divitiis potietur heres.

Divesne prisco natus ab Inacho
nil interest an pauper et infima
    de gente sub divo moreris,
    victima nil miserantis Orci;

omnes eodem cogimur, omnium
versatur urna serius ocius
    sors exitura et nos in aeternum
    exilium impositura cumbae.

John Addington Symonds:
In trouble keep your courage high
    And calm, but yet in happier fate
    Be not with rapture too elate —
For one day, Dellius, you must die.

Whether through dreary days you pine,
    Or on the far sequestered grass
    Luxurious holidays you pass
Quaffing your old Falernian wine:

I know the spot — by poplar pale
    And lofty pines a friendly shade
    With intertwining branches made;
And hard by struggles through the vale

The winding water: — there we'll set
    Wines and rich perfumes; boys shall bring
    Roses, too briefly blossoming;
While youth and Fortune smile, while yet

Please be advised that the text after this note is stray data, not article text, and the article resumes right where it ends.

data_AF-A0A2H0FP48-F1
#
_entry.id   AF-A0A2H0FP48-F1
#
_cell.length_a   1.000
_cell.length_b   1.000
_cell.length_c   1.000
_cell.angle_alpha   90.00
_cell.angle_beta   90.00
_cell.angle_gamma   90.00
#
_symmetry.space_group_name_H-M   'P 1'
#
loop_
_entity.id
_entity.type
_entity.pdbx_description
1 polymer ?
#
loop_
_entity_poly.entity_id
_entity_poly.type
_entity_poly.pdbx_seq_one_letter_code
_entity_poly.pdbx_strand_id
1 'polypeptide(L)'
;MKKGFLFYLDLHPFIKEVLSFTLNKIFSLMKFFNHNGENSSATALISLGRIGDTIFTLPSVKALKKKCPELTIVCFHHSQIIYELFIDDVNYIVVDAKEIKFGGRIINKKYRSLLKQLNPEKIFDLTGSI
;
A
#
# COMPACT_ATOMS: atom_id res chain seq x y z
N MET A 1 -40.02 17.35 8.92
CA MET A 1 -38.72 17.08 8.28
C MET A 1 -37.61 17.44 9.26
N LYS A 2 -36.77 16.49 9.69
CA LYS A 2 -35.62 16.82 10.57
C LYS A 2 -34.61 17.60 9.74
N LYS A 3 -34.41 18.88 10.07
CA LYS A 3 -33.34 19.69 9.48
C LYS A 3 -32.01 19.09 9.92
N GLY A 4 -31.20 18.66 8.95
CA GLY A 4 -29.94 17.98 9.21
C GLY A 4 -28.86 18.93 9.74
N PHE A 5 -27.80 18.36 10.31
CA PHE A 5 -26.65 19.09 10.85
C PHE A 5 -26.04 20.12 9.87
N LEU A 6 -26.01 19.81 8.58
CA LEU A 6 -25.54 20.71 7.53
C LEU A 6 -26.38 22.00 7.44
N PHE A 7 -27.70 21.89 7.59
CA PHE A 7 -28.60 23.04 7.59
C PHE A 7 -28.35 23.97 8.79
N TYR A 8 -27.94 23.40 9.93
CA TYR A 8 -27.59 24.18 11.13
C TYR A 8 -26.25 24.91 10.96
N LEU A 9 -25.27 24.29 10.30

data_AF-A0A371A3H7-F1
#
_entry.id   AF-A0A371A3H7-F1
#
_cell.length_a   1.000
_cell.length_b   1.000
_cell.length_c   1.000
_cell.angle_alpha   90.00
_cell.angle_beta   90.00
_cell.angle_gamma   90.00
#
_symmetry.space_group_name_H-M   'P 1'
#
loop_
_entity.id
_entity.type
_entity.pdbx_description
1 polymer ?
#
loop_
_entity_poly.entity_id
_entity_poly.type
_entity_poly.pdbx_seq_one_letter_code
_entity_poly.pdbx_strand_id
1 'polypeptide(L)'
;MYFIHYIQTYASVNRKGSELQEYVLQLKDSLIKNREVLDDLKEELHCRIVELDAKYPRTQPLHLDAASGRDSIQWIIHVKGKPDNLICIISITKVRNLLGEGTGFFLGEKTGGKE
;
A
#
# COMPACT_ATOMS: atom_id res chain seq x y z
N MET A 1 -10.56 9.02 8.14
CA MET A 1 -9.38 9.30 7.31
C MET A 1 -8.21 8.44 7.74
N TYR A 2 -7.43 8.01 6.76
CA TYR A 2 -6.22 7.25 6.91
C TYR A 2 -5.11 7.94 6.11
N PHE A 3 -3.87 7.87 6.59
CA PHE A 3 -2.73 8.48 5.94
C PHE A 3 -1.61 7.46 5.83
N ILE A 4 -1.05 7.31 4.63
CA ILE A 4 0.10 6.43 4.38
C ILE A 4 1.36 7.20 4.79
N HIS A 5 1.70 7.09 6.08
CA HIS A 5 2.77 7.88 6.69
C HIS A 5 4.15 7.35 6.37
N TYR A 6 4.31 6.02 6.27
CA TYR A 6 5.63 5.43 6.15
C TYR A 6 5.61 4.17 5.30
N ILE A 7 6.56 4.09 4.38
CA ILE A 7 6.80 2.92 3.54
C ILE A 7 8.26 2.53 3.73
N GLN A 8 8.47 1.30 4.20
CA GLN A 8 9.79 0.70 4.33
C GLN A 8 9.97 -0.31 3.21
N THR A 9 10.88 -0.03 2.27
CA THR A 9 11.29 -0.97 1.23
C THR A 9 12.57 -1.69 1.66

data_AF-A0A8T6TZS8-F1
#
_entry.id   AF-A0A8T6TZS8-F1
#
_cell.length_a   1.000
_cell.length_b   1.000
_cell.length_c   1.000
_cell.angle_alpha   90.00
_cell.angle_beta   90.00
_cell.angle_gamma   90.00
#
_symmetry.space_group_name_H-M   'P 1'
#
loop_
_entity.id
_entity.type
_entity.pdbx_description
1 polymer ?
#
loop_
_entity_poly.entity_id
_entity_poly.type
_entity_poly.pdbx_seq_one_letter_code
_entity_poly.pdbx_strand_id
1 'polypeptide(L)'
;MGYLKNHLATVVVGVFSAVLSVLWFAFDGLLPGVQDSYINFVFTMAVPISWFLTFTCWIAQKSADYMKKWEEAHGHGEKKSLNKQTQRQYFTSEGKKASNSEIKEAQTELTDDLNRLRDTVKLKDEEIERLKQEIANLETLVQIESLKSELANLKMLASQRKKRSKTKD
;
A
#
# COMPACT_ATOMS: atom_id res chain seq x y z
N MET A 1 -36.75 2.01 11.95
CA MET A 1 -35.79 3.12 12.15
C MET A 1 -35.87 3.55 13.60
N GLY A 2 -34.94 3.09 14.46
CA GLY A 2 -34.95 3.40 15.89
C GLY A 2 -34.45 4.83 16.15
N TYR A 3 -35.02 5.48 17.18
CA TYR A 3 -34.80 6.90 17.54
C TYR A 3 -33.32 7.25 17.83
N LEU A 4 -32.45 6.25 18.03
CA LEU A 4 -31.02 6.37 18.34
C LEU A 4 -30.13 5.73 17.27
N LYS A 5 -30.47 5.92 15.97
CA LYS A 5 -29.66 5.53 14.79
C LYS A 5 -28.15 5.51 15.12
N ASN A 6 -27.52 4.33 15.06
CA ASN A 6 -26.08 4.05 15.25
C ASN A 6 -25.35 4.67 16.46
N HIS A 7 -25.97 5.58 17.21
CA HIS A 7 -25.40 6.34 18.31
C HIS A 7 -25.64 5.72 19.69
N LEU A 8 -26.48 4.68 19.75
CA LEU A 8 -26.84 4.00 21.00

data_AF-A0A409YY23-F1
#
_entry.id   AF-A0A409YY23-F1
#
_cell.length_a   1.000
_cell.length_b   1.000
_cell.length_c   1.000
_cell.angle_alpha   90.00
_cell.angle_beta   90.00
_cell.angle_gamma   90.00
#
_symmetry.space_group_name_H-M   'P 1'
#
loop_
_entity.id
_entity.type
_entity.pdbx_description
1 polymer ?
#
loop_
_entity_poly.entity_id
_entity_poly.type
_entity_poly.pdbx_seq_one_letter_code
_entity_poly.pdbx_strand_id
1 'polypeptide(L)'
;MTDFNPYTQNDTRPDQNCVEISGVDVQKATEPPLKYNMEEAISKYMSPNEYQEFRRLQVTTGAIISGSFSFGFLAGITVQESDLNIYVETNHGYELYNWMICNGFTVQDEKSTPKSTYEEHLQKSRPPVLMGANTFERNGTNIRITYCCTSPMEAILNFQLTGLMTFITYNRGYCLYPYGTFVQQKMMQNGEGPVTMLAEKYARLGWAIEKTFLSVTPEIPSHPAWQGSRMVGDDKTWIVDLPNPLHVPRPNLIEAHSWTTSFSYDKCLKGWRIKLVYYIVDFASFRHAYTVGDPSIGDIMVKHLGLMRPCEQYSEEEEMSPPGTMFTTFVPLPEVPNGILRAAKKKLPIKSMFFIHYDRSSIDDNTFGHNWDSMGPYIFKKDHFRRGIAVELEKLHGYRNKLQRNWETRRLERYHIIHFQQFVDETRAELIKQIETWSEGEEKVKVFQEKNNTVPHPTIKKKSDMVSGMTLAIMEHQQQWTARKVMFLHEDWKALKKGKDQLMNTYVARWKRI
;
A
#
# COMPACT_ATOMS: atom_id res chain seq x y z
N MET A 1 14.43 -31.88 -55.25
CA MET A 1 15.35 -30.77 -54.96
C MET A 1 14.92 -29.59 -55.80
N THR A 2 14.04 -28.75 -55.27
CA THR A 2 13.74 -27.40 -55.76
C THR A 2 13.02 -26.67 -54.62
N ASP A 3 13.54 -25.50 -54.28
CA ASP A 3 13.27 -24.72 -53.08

Their dark threads spin the sisters three.
    Ah me! your parks, your pleasant home
    Washed by the Tiber's tawny foam
You'll leave; and all your wealth shall be

But for your heir. If rich and one
    Of Inachus' old line and name,
    Or poor and basest born, the same
Your doom to Orcus pitying none.

To the grim ferry all must go;
    Our lots are cast into one urn,
    And soon or late comes out our turn
For endless banishment below.

Thursday, June 01, 2006


A Bathroom Word

Anatoly Liberman, the Oxford Etymologist, writes:
There can be no doubt about the origin of ka-ka, poop, and a good many similar bathroom words.
I have often pondered the linguistic origin of ka-ka, which I spell caca. This was the word for excrement that we used in our family when I was a lad. It also meant anything dirty or filthy, not to be put in the mouth. My mother's native language was French, although we spoke English at home, and I suspect she was the one who introduced this word into our family circle.